Should many of those relationships have ever evolved to the point of marriage? I once asked my mom why she married her first husband. She said simply, “Love is blind.” From that, I made one very significant assumption - that there were clues to his nature that she missed or ignored.

Could it be that at least a percentage of those 50% of marriages that end shouldn’t have ever begun?

The choice to marry (or become a life partner) is a monumental decision that can’t be entered into lightly. But I sometimes feel that “being committed” these days is too often about waiting until a better offer comes along. Or boredom strikes. Or something goes wrong.


It really isn’t black-and-white, is it? Personally, I can’t imagine the heartache involved in going through a divorce. I’m fortunate to be married to a man that I believe with all my heart I’ll spend the rest of my life with. I believe he’s as committed to me as I am to him.


I bet there are women and men who felt that way about their partners and ended up on the other side of a divorce anyway.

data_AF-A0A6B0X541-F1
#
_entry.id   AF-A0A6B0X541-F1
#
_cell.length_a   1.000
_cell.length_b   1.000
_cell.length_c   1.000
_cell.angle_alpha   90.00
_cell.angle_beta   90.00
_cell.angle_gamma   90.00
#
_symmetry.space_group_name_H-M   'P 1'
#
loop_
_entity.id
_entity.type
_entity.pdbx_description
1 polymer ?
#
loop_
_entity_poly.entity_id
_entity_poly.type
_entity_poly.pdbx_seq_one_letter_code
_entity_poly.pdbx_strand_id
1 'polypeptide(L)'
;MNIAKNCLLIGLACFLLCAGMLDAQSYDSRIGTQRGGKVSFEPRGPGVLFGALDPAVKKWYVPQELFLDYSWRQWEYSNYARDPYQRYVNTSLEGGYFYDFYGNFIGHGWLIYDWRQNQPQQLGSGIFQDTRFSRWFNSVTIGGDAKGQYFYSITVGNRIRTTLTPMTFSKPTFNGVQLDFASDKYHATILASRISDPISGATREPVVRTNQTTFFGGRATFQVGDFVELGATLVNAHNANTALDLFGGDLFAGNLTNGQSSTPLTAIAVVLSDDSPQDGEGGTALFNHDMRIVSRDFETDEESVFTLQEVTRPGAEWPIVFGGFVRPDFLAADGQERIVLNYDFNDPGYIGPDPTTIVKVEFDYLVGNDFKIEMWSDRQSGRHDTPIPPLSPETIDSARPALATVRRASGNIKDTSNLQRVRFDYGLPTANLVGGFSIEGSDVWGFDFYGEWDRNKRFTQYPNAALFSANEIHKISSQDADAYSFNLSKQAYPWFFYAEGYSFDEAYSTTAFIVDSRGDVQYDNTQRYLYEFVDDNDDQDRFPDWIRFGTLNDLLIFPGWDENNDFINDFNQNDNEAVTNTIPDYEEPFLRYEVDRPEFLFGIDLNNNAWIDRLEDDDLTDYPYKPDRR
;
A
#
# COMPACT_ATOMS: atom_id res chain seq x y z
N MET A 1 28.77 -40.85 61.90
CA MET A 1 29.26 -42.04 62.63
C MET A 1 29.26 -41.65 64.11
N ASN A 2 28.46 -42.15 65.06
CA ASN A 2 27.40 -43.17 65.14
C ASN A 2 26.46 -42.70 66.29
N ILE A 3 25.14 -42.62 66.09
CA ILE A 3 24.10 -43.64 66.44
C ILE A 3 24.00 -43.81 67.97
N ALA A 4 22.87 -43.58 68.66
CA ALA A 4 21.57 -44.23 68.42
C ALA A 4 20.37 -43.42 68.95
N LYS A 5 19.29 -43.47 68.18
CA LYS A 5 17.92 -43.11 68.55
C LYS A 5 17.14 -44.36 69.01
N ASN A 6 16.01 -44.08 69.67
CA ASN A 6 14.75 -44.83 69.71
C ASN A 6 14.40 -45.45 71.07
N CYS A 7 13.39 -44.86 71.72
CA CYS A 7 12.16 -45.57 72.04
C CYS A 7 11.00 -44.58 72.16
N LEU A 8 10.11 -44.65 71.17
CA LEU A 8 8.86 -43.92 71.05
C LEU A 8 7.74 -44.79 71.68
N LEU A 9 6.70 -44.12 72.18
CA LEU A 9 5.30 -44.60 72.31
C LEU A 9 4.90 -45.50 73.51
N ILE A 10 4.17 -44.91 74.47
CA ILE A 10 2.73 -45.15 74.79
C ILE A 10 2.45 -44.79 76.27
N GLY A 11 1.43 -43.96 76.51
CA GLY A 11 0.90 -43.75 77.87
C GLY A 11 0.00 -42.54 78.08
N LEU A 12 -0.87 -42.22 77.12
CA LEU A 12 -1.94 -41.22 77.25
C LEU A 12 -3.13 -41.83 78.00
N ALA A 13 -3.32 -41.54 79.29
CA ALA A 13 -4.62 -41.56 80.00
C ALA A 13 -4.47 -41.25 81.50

I sincerely hope my words don’t come across as judgmental - that’s truly not my intent. My conclusion? Yay or Nay? I guess this is the question I would ask myself if a prenup came up:

Do I really want to marry this person if I/they need a document that “protects” my/their interests in the event of a divorce?

It’s not a yay or a nay, but a urging to look seriously at the relationship. Perhaps the relationship is so good that the prenup is just a piece of paper with words that will never matter. In the end, I think it’s much like the decision of whether to change your name - personal and nobody else’s business.

For me it was a nay. When you’ve got no interests to protect, there’s no need to bother. ;)


This post was based on the prompt “Prenuptial Agreement…Yay or Nay? Explain.” from Mama Kat’s Pretty Much World Famous Writer’s Workshop.

December 14 - Appreciate (#reverb10)

December 14 – Appreciate. What’s the one thing you have come to appreciate most in the past year? How do you express gratitude for it? (Author: Victoria Klein)

This prompt came up 9 days after I celebrated my 10th wedding anniversary. On December 5th, 2000, in the den of a complete stranger with two friends present, I married my best friend. To this day, he is still my best friend.

I appreciate my husband.

I appreciate our marriage. 

We’ve had our share of hard times and we’ve had a lion’s share of good times. Through it all, we’ve stuck together. Faithfully sharing our lives and loving each other no matter what came across our path.